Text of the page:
Jennifer W. Sheldon, Robert L. Crabtree (contributed equally as authors); Y. Q. Wang, Editor. 2011.
National parks, wildlife refuges and sanctuaries, natural reserves, conservation areas, frontier lands, and marine-protected areas are increasingly recognized as essential providers of ecosystem services and biological resources. As debates about climate change and sustainability intensify, protected areas become more important as indicators of ecosystem conditions in particular environments or in comparison with adjacent environments.
The first book of its kind, Remote Sensing of Protected Lands showcases state-of-the-art remote sensing applications for the inventory and monitoring of protected areas. Contributions from renowned scholars and experts from around the world are organized into four sections covering the use of remote sensing in:
J. Frank Dobie, with an introduction by Jennifer W. Sheldon and Robert L. Crabtree. 2006.
In The Voice of the Coyote, J. Frank Dobie melds natural history with tales and lore in articulating the complex and often contentious relationship between coyotes and humans. Based on his own life experiences in Texas and twenty-five years of research, Dobie forges a sympathetic and nuanced picture of the coyote prefiguring later environmental and conservation movements. He recognizes the impact of human action on the coyote while also examining the prominent role of the coyote in the myths and legends of the West.
Jennifer W. Sheldon.
Wild Dogs, originally published in 1992, is a classic study of foxes, wolves, jackals, coyotes, and other naturally wild dogs. Humans continue to be fascinated with dogs, the first animals to be domesticated and their wild cousins. Wild Dogs details the comprehensive natural history of the nondomestic dog species. The book is intended as a general reference work for biologists, wildlife managers, and conservationists. Jennifer Sheldon, a research scientist at the Yellowstone Ecological Research Center in Bozeman, Montana has been studying coyotes in Yellowstone since 1989.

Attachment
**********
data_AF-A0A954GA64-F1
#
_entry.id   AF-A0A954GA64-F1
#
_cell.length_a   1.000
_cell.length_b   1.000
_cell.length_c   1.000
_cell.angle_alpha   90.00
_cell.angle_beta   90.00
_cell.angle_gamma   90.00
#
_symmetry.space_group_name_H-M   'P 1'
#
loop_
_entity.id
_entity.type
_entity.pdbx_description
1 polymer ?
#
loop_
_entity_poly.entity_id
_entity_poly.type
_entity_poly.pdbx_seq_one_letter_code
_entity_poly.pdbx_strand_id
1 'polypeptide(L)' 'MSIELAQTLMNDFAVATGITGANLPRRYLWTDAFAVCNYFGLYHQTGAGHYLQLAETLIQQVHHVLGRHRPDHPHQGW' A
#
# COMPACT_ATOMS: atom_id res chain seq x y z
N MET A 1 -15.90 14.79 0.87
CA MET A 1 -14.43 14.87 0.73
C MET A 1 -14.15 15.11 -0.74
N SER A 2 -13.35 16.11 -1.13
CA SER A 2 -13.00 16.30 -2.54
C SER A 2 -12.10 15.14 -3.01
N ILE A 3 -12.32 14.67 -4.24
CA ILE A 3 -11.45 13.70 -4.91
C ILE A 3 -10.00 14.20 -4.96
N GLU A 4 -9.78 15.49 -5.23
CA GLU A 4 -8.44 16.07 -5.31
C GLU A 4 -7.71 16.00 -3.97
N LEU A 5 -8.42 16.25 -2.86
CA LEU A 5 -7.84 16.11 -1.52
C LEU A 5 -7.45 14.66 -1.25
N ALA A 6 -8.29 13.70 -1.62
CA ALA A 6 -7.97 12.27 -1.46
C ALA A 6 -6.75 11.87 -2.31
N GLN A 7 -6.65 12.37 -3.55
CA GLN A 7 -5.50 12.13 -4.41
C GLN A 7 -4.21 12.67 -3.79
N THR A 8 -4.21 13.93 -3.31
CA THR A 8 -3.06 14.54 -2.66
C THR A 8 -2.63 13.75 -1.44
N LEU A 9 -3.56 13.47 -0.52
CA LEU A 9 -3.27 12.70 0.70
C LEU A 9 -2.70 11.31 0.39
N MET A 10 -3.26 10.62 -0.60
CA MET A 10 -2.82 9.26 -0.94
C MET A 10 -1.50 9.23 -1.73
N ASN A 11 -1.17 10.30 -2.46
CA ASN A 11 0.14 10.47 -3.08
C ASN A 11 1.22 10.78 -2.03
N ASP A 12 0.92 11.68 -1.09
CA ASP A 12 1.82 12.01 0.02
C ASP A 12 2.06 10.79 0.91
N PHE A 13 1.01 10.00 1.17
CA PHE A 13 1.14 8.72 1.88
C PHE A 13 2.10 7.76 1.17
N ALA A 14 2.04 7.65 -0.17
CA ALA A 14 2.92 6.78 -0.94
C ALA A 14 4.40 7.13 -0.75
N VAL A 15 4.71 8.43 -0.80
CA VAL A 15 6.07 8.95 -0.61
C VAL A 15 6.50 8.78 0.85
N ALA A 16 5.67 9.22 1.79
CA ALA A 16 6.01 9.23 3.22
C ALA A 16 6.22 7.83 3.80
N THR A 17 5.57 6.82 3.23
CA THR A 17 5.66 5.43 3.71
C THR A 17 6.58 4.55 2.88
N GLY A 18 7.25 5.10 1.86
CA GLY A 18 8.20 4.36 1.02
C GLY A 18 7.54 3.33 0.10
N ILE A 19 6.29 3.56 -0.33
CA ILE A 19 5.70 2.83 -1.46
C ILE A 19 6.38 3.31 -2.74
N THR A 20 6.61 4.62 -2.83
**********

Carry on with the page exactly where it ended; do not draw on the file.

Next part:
Large carnivores — such as the gray wolf and grizzly bear — are in danger of extinction; saving them is one of the most difficult challenges facing conservation biologists worldwide. Other carnivores — such as the mountain lion, wolverine, and lynx — are in need of special management. This valuable book examines the current status, management, and conservation of carnivores in the Greater Yellowstone Ecosystem, where these animals have not only been researched for almost forty years but have also been affected by pressures from growing human uses.
Written by leading authorities in the field, the book begins by considering Yellowstone as a “model” system that has international significance. It goes on to survey the history of changing attitudes toward Greater Yellowstone carnivores and to discuss specific animals and their prey (including bears, cougars, wolves, coyotes, elk, bison, mule deer, bighorn sheep, moose, and small mammals).
The book also assesses the current status of conservation genetics and ecosystem dynamics. It closes with a look at the history and theory of carnivore ecology and a survey of research and conservation approaches.